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SEOUL: North Korea severed diplomatic ties with Malaysia on Friday, abruptly ending a once-close relationship that soured following the assassination of Kim Jong Un’s half-brother in a Kuala Lumpur airport four years ago.

Pyongyang’s foreign ministry said it was responding to Malaysia’s extradition of a North Korean citizen to the United States this week — a move it labelled an “unpardonable crime” carried out under “blind obedience” to US pressure. Malaysia had been one of the nuclear-armed state’s few allies until Kim Jong Nam was murdered with a banned nerve agent as he waited to catch a flight from Kuala Lumpur.

Relations plunged after the Cold War-style hit but had started to get back on track, with Malaysia announcing plans to re-open its Pyongyang embassy.

That all changed on Friday.

North Korea’s foreign ministry announced the “total severance of the diplomatic relations with Malaysia”, according to state news agency KCNA, saying the citizen being extradited had been involved in “legitimate” trading activities in Singapore. It came after a visit by US Secretary of State Antony Blinken and Pentagon chief Lloyd Austin to South Korea, the second leg of an Asian tour to bolster a united front against the North and an increasingly assertive China.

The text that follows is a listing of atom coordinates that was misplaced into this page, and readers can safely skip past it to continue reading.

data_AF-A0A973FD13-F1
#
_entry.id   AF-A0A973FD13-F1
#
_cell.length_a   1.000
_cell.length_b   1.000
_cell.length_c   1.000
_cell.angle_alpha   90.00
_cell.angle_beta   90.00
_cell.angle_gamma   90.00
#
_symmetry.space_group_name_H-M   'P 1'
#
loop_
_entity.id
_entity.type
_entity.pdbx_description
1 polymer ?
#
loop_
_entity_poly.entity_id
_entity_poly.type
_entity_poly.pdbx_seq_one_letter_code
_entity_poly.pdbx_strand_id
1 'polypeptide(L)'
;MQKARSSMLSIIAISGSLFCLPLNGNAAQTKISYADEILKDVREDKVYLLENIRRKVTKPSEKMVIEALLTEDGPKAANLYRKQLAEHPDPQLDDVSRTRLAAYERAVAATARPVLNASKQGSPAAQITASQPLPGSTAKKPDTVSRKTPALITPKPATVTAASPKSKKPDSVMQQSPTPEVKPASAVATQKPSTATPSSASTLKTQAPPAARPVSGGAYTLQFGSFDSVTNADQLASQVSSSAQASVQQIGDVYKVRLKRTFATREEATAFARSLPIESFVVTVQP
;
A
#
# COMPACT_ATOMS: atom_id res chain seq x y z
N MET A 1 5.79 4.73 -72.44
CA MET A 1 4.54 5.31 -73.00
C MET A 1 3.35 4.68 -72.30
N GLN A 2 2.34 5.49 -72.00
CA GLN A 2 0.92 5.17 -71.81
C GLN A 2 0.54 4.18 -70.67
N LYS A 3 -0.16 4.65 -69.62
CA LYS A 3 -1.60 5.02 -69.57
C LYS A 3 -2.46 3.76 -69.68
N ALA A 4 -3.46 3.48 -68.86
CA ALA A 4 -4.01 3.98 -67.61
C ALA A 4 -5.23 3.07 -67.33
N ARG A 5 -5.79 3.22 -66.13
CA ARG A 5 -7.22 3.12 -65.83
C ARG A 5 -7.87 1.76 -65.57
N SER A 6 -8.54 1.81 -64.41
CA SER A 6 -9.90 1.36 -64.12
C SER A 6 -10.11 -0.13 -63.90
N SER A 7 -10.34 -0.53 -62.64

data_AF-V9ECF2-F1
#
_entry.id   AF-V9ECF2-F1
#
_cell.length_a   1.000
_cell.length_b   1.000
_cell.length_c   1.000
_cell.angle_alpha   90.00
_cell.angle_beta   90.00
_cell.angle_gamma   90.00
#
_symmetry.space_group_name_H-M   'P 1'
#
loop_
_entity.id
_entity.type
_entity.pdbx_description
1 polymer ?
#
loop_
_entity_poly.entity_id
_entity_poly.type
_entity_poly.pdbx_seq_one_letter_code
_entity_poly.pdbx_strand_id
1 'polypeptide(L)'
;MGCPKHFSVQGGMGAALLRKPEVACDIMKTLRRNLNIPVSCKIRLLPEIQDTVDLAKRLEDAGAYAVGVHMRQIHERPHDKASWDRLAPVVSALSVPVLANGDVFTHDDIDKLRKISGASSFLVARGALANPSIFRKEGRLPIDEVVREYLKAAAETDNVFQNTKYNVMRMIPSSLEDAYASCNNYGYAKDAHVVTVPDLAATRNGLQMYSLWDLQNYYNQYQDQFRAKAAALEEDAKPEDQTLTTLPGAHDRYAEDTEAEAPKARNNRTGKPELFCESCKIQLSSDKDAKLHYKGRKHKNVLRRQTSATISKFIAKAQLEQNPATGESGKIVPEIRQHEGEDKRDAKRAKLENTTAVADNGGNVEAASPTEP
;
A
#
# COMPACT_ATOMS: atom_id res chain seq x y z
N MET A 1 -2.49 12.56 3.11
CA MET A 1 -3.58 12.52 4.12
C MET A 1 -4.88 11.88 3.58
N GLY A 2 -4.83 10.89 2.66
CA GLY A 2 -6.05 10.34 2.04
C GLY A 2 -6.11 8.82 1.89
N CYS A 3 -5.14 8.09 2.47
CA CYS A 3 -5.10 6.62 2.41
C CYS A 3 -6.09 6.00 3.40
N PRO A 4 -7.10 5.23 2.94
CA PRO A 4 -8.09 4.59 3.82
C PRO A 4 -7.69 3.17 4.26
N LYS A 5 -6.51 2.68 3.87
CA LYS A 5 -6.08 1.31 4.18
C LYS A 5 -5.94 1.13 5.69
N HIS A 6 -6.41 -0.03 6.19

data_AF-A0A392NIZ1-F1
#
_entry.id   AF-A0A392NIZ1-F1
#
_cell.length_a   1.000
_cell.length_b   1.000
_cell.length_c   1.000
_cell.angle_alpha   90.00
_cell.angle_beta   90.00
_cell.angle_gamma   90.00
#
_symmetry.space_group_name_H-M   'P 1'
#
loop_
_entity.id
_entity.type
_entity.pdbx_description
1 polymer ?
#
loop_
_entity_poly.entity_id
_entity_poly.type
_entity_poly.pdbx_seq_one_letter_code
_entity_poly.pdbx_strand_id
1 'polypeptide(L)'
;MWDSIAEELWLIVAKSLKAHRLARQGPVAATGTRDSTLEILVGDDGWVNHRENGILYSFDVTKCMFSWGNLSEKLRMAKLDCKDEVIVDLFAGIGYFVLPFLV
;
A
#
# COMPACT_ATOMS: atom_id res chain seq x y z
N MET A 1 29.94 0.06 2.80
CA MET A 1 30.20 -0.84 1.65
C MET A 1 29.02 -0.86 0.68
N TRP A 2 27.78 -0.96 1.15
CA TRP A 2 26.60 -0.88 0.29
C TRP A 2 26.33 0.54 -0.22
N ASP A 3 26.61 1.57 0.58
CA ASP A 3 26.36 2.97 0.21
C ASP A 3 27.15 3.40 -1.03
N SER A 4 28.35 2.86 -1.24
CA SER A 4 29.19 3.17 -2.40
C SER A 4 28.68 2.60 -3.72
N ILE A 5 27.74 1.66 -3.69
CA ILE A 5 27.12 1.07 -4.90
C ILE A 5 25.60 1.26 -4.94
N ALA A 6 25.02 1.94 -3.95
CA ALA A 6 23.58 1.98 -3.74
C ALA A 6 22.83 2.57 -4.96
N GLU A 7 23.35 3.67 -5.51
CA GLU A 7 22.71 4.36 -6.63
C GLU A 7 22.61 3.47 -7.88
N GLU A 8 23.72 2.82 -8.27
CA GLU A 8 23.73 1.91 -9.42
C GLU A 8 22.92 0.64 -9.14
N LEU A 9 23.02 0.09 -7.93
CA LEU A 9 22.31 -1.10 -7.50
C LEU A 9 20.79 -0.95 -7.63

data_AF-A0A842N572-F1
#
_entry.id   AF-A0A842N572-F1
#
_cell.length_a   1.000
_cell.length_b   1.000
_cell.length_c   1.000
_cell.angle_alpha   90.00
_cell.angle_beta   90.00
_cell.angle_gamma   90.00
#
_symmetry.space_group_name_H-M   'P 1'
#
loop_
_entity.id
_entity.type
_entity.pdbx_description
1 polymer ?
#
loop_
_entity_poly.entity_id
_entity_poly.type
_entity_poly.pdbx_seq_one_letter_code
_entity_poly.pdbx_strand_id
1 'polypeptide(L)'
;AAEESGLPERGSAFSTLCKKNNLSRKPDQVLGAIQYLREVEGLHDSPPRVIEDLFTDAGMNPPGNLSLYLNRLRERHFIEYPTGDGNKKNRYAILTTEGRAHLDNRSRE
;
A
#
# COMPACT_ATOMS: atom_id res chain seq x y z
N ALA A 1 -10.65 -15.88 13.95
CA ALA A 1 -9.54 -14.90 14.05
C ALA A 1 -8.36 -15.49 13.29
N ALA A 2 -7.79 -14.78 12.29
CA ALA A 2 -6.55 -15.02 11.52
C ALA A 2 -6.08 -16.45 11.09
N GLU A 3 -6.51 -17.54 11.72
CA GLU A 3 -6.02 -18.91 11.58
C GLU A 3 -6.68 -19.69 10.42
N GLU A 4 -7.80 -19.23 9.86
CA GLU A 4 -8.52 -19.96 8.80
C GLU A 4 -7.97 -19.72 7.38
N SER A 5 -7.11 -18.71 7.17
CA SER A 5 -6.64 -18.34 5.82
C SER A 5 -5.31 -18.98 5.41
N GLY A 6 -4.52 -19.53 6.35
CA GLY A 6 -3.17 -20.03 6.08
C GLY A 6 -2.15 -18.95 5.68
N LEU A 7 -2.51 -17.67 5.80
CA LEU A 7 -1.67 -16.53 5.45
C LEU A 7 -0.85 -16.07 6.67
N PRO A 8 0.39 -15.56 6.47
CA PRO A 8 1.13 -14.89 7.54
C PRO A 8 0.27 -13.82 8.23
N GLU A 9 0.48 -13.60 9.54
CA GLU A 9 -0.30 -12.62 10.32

On March 9 a North Korean man named Mun Chol Myong lost his final appeal in Malaysia’s top court against extradition to the US to face money laundering charges.

He had denied claims of leading a criminal group that violated sanctions by supplying prohibited items to the North and laundered funds through front companies, according to his lawyers.

Mun, in his 50s, faces four charges of money laundering and two of conspiracy to launder money. The allegations relate mainly to his work in Singapore.

There have been cases of businesses in Singapore sending luxury items, such as liquor and watches, to North Korea. Such imports are banned under sanctions imposed on Pyongyang over its weapons programmes.